Largely out of the headlines since its civil war ended, Libya remains unstable, with the threat of renewed unrest because of frustration over lack of progress and the threatened breakaway of the oil-rich eastern region
Popular discontent in Libya is on the rise as the population becomes increasingly frustrated with the lack of economic and social progress since the revolution, according to intelligence experts. There is even a risk that the oil-rich eastern region could break off from the rest of the country.
After the civil war, which began with protests in Benghazi in February last year, hopes were boosted about new investment opportunities in the country. But, today, Libya is far from stable.
The National Transitional Council’s (NTC) offices in Benghazi were looted recently, a symptom, analysts say, of rising public disaffection with the governing council’s achievements so far.
Companies with operations, or plans to invest, in Libya face considerable strategic and tactical risks, according to a report by risk consultants at Aegis Advisory.
On 10 February, almost a year to the day since the civil war began, Saadi Gaddafi (third son of the former Libyan leader, Colonel Muammar Gaddafi) announced
that he was in close contact with Libyans who are unsatisfied with the interim government. He warned of an imminent uprising. “The Libyan people should revolt against these militias and against this deteriorating situation. The NTC is not a legitimate body and is not in control of the militias,” Gaddafi said.
With elections on the way in the summer, discontent is only set to rise, Aegis says. Militias are dominating the streets, security is poor and crime is rising.
According to the Aegis report: “The frustration of the people is abundantly clear. Every word spoken on the streets is pulsating with fear over limited opportunities and disillusionment. There is no improvement in sight.”
The security situation in the capital, Tripoli, is “unpredictable” and “deteriorating”, the Aegis report states. Foreigners are particularly at risk at night. Meanwhile, outside Tripoli the situation is even worse. Gaddafi’s former stronghold of Bani Walid, a town 110 miles south-east of Tripoli, should be avoided altogether, they say.
Security concerns are shared by the international community. A UN Special Representative for Libya recently told the Security Council: “The threat from weapons falling into the hands of groups like Al Qaeda and the Islamic Maghreb is great.”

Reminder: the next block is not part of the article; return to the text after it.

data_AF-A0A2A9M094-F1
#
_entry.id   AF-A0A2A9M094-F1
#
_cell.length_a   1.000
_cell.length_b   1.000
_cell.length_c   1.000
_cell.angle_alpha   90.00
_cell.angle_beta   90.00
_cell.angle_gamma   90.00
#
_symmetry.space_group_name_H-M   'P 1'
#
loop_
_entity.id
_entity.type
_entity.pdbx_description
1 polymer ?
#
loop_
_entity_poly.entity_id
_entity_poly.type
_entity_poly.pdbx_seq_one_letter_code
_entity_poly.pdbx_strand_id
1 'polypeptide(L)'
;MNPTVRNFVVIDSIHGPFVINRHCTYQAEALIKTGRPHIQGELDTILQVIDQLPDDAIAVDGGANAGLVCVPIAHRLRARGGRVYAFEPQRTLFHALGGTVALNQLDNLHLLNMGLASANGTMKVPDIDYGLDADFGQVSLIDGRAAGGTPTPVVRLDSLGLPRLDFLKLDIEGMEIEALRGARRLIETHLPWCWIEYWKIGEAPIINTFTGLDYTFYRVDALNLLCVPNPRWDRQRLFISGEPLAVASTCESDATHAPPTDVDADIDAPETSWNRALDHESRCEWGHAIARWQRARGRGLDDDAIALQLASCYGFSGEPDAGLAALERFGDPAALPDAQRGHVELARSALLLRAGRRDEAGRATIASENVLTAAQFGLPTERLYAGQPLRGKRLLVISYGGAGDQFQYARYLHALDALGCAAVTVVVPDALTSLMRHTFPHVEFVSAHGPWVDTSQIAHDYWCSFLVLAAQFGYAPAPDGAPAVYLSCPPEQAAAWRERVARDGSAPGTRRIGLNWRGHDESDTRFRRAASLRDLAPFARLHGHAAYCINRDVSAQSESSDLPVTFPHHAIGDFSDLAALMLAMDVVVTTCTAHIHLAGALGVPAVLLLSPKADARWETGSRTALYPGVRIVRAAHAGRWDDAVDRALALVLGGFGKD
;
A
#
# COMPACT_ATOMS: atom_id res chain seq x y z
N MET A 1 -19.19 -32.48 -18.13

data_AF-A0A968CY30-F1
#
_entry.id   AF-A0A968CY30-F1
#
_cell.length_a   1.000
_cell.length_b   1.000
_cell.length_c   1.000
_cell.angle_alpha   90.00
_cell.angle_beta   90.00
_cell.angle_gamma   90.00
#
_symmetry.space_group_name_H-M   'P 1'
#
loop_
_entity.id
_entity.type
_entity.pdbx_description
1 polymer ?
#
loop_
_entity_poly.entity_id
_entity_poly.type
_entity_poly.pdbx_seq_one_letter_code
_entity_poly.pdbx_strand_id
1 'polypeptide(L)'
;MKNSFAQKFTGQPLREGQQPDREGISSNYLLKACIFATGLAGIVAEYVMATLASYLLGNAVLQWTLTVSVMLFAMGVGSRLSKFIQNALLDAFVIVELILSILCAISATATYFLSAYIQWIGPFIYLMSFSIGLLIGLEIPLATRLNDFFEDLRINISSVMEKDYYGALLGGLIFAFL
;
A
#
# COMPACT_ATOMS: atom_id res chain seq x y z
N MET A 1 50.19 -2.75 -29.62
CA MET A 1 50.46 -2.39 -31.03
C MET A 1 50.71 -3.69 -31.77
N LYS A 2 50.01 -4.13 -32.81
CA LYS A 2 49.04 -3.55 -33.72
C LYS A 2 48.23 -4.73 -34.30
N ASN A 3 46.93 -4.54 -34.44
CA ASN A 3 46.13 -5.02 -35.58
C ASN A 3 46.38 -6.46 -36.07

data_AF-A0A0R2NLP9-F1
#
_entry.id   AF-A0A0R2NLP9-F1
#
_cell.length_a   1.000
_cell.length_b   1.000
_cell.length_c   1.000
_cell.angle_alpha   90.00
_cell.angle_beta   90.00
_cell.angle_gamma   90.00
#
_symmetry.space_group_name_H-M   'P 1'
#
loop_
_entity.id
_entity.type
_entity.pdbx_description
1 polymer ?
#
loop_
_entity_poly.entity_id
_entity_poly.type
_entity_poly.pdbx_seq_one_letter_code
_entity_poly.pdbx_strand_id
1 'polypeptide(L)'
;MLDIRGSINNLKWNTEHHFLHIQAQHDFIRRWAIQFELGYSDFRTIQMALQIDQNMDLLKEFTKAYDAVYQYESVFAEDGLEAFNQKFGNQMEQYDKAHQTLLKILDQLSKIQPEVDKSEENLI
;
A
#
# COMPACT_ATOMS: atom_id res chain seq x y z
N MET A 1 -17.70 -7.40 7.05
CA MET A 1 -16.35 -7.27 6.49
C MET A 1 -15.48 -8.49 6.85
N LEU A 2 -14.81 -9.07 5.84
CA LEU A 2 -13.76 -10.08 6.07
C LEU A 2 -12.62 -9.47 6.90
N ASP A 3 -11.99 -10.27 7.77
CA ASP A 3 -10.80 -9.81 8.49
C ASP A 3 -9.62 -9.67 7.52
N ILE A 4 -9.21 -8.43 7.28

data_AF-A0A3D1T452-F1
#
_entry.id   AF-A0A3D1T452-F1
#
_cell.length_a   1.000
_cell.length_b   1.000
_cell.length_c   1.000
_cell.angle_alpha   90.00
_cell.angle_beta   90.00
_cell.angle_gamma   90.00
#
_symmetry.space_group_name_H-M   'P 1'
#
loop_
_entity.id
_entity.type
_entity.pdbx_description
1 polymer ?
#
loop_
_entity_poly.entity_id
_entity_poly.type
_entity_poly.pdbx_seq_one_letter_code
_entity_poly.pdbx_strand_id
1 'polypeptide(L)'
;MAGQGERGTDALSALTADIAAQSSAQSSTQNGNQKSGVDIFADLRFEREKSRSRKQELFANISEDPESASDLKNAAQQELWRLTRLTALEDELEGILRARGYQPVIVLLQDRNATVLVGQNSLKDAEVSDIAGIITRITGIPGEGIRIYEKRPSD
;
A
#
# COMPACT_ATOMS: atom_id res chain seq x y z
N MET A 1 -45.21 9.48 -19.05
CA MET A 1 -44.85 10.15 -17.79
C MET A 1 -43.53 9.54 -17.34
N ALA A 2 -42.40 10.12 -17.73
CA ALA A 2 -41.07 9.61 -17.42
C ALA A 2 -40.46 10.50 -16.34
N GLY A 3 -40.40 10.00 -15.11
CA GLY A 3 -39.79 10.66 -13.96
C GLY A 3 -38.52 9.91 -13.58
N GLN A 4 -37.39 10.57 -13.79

Control of oil fields
More worrying, East Libyans in Cyrenaica (see map), who make up 25% of Libya’s population, are likely to seek control over oil fields in their region, which accounts for 66% of the country’s entire production, according to another specialist intelligence company, Exclusive Analysis (EA). This would hit energy companies and infrastructure contractors operating in Libya, including in the aviation, power and water sectors.
Cyrenaica, which extends from the central coastal city of Sirte to the Egyptian border, is likely to declare itself an autonomous entity within a federal Libya, says EA. The prediction follows some eastern Libyans’ refusal of the proposed allocation of seats in the planned Constituent Assembly, due to be elected in June 2012, and the formation of a self-declared ‘Barqa’ (Cyrenaica) Army.
This information is unconfirmed and based on EA’s assessment of political and violent risks in Libya.
Political and military leaders
from the Libyan region of Cyrenaica indicated they would meet in the coming weeks and declare their region to be self-governing with its own parliament.
If Cyrenaica goes ahead with the breakaway, contract risks will increase for companies with business in the area, EA warns. It would also affect oil buyers worldwide because they would be uncertain who to deal with.
A break-up could also precede all-out war. The Tripoli government’s rejection of Cyrenaica’s likely declaration of autonomy could lead to conflict, particularly near Sirte, where EA’s analysts expect forces to form a defensive line. The Tripoli government is not expected to have the military capability to impose its will on Cyrenaica.
Any hopes for future stability in Libya should be viewed with scepticism, Aegis’s report concludes, which also points out that most Libyans do not understand the purpose of political parties and often see their existence as divisive rather than as an expression of democracy.
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